As in most developing countries, the health of the Ugandan people is incredibly poor. This is mainly due to infectious diseases (most of which are preventable and/or treatable), illiteracy, and perpetual poverty. Some of Uganda’s most common infectious diseases include: malaria, typhoid, diarrhea, HIV/AIDS, chronic cough, STDs, hepatitis A and B, among others. Due to the high illiteracy level in Uganda, people are largely unaware of how to safeguard themselves from contracting such preventable diseases. These diseases can be avoided by practicing proper sanitation and adhering to basic principles of primary health care (e.g. personal hygiene, keeping animals away from living quarters, safe food handling and cooking methods). The people who are most affected are exclusively the poor and marginalized populations with limited geographical and monetary access to health care.
The following is a testimony from Amanda Aaseby, a Registered Nurse who is currently living and volunteering in rural Uganda:
“Since we've been here in Uganda, I have been volunteering at the local government-funded clinic. The staff has been very welcoming and patient with my many questions. As I observe their facilities, I am heartbroken by the lack of resources. They lack all basic medical supplies: stethoscopes, blood pressure cuffs, scales, and otoscopes. None of these most basic items can be found in their facility. Tragically, this is the primary healthcare facility for the local people and the surrounding areas – a population of over 20,000. While it is true that other private medical clinics are available, the fees required for those facilities are unrealistic for families focused on simply trying to survive. The staff at this clinic eagerly desires to care for their community. They long to be able to provide the necessary healthcare to an often sick and suffering community. However, their lack of resources greatly hinders any hope for fulfilling this very honorable desire.”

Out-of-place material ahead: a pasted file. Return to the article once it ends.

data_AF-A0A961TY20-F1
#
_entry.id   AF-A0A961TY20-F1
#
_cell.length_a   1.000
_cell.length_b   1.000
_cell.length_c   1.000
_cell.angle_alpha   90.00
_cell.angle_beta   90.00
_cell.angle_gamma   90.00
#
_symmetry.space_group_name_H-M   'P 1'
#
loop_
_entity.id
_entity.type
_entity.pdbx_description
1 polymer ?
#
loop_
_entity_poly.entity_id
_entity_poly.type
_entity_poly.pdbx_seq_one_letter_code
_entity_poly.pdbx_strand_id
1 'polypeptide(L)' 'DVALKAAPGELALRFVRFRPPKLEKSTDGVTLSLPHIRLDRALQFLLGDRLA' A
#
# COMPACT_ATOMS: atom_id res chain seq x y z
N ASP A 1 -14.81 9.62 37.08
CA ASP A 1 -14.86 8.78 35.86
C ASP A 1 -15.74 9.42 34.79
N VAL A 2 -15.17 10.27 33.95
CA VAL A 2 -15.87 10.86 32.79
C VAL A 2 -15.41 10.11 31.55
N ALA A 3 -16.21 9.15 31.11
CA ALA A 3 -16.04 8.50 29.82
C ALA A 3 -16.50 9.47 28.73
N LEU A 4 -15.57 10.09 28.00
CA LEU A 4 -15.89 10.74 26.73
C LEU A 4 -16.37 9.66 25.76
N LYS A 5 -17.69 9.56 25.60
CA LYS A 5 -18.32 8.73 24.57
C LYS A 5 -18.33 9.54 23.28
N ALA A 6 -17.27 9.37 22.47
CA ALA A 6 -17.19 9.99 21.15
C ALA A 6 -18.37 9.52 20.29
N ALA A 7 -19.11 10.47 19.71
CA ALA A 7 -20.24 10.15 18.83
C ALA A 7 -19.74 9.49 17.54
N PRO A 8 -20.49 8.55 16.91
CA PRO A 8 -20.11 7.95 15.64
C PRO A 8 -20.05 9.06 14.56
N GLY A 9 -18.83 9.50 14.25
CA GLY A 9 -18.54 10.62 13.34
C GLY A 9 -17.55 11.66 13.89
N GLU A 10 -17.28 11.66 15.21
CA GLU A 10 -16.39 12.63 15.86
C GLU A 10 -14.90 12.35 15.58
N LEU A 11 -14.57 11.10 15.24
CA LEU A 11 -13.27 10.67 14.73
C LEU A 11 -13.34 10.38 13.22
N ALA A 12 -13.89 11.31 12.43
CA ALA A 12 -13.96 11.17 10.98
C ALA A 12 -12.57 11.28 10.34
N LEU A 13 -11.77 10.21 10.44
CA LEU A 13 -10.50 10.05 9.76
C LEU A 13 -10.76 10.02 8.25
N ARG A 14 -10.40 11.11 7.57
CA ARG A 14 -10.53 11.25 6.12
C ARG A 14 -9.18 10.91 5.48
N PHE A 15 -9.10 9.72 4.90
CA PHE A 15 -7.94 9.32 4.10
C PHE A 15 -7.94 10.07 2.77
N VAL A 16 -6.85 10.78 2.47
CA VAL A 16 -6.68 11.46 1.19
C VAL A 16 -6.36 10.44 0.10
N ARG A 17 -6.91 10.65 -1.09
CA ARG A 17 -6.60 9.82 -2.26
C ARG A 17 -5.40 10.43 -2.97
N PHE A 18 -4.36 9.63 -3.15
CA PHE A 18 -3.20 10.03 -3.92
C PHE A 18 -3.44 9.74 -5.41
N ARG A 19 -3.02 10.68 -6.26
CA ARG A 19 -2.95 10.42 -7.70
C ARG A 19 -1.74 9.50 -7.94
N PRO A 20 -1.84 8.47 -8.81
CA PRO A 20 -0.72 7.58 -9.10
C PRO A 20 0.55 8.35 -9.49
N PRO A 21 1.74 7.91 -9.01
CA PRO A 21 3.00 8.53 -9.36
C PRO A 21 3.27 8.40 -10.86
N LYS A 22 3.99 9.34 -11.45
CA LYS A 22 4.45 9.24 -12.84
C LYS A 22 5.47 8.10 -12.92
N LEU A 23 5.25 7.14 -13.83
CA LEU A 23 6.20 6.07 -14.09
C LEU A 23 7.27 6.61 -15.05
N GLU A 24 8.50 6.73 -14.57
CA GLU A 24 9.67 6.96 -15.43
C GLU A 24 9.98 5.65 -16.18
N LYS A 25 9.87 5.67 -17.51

The lack of necessary medical equipment directly contributes to poor medical service and failure to properly diagnose and treat patients. Such circumstances have contributed to the high mortality rate in Uganda and Africa at large, where millions of people die of preventable and curable diseases. With our desire to represent God in service to the people of Uganda, it is crucial that we consider not only their spiritual health, but their holistic well-being. We believe that the fullness of life that God desires for all humanity extends beyond the people’s spiritual/relational need for God, but also includes their physical, social, and economic health. It is upon this understanding that Amanda Aaseby and maternal health worker Celesta Bargatze offer to volunteer their nursing services to rural Ugandans in hopes of improving their quality of life. Pray for them as they utilize their skills to serve human beings who are in great need of holistic healing.
By: John Nyago